Some Ulster Bank loans are expected to be placed in the bad bank of Royal Bank of Scotland as part of the British government plans for the part-nationalised lender.
However, Ulster Bank is likely to remain open in Ireland after RBS apparently decided against shutting down the Irish lender.
Royal Bank of Scotland is set to unveil a huge restructuring.
As part of the restructuring plan, RBS will create an internal "bad bank" where it will move as much as €47bn worth of so-called "toxic assets".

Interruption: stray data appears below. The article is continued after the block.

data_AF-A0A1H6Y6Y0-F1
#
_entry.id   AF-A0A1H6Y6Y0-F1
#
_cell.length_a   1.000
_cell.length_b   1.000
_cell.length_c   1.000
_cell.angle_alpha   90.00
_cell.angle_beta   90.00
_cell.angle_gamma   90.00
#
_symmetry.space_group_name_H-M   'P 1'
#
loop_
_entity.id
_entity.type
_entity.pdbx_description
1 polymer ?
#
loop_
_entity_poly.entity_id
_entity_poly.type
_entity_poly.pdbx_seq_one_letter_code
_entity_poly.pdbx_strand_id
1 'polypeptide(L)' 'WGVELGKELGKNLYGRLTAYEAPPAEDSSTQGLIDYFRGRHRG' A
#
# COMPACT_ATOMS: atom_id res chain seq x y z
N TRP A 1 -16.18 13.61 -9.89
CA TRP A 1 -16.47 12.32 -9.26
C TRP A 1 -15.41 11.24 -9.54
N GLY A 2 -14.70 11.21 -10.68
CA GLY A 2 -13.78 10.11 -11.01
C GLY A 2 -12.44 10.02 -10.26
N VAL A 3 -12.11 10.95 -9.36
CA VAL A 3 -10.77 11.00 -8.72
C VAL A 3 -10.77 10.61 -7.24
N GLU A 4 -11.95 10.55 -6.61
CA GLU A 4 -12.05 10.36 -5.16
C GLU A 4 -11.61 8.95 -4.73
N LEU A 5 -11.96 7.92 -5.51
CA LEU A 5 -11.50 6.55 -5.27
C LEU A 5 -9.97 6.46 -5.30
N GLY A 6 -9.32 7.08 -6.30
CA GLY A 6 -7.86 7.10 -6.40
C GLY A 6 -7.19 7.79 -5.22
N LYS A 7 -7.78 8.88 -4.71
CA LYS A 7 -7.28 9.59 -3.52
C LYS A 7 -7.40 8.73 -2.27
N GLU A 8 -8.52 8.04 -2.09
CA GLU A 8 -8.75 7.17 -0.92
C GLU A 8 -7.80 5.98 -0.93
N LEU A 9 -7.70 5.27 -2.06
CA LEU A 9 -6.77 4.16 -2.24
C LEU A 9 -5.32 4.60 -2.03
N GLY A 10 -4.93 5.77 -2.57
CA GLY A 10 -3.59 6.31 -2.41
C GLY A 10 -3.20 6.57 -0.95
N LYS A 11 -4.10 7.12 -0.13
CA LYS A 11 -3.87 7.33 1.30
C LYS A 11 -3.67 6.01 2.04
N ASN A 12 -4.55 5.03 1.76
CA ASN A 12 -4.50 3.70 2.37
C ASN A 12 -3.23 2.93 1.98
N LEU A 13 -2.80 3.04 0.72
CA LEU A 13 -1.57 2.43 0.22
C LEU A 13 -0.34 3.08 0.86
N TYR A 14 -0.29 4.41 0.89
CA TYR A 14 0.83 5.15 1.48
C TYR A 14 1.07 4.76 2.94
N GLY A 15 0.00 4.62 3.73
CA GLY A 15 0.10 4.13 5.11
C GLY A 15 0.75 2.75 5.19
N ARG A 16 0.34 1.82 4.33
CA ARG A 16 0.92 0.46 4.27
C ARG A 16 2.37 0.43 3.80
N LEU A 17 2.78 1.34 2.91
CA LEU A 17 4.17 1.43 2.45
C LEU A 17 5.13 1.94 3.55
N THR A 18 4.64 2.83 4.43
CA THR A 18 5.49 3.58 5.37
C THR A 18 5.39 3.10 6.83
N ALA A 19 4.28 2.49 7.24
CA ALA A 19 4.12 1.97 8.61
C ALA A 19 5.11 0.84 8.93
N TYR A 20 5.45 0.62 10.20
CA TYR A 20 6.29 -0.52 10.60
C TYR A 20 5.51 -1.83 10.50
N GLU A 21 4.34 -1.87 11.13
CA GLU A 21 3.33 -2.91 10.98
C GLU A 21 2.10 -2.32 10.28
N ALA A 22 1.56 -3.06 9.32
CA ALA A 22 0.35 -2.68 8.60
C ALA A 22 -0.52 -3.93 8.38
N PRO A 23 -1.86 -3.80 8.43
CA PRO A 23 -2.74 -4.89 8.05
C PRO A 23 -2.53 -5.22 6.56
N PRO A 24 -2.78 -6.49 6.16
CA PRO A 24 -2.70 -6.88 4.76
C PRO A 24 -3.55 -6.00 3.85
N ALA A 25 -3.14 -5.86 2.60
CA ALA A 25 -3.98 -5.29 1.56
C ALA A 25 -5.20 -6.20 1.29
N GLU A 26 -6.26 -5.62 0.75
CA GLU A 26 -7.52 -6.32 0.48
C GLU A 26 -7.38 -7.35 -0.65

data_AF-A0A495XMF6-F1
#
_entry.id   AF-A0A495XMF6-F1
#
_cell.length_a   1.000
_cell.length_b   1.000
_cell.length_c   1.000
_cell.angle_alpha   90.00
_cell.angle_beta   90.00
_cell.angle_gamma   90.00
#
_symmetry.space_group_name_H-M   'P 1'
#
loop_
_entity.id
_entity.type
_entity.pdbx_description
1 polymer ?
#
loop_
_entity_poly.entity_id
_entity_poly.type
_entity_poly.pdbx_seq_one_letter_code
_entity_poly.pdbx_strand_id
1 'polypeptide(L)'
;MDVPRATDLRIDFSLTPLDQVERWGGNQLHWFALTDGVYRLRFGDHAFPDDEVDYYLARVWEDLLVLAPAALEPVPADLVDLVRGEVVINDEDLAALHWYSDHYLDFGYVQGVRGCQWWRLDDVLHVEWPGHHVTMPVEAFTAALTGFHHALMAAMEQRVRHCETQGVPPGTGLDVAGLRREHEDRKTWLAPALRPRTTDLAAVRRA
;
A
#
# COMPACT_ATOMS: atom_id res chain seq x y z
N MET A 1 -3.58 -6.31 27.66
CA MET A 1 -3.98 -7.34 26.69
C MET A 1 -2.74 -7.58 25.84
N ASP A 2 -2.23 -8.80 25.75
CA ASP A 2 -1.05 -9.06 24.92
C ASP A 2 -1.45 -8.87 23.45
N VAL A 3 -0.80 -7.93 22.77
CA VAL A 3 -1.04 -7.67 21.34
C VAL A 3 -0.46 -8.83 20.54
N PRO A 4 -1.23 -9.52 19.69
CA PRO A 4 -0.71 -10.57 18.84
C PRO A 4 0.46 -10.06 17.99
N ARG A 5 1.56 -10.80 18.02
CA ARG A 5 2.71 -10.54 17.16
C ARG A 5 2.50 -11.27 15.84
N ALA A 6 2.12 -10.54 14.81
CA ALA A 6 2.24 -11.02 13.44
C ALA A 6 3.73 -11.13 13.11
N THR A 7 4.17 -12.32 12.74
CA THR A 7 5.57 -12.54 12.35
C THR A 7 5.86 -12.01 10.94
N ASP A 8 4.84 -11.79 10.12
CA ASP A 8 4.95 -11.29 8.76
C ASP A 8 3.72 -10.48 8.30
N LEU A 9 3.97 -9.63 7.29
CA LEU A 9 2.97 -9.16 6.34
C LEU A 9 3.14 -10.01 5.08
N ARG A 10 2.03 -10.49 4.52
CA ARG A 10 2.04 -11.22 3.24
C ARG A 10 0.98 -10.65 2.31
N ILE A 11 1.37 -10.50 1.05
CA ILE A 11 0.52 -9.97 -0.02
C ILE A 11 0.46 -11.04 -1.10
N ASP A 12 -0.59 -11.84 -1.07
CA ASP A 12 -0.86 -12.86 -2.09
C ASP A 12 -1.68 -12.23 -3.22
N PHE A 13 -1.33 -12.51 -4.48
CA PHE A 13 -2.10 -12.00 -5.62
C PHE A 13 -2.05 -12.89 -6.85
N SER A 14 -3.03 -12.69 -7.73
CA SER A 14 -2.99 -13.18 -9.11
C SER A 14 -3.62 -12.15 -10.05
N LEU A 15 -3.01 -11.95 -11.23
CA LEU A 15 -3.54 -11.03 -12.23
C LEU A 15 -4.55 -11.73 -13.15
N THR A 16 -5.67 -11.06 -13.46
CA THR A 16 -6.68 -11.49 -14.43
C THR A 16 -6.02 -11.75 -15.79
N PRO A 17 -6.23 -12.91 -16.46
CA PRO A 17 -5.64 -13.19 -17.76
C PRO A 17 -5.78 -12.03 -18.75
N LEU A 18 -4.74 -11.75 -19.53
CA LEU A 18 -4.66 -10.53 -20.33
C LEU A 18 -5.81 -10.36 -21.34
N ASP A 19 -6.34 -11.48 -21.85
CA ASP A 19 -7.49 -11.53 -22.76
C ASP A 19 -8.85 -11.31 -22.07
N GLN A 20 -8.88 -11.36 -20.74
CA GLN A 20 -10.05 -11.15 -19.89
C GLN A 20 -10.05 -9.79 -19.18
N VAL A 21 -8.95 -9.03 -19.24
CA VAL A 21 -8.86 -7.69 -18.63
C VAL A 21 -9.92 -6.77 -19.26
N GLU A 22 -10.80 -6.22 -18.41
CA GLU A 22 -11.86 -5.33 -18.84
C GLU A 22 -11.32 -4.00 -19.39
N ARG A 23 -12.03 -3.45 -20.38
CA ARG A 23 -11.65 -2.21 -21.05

Much of those loans will come from Ulster Bank, which lent heavily in Ireland during the boom.
Those loans will be run down more aggressively than the rest of the bank's performing loans.
The UK government has bailed out RBS to the tune of around €54bn since 2008 in an effort to stave off its collapse.
About €16.9bn of those funds have been pumped into Ulster Bank.
Britain's chancellor George Osborne is under pressure to restructure RBS and get the bank back into private ownership, and as part of that effort has been pushing for the lender to be either broken up or dramatically restructured.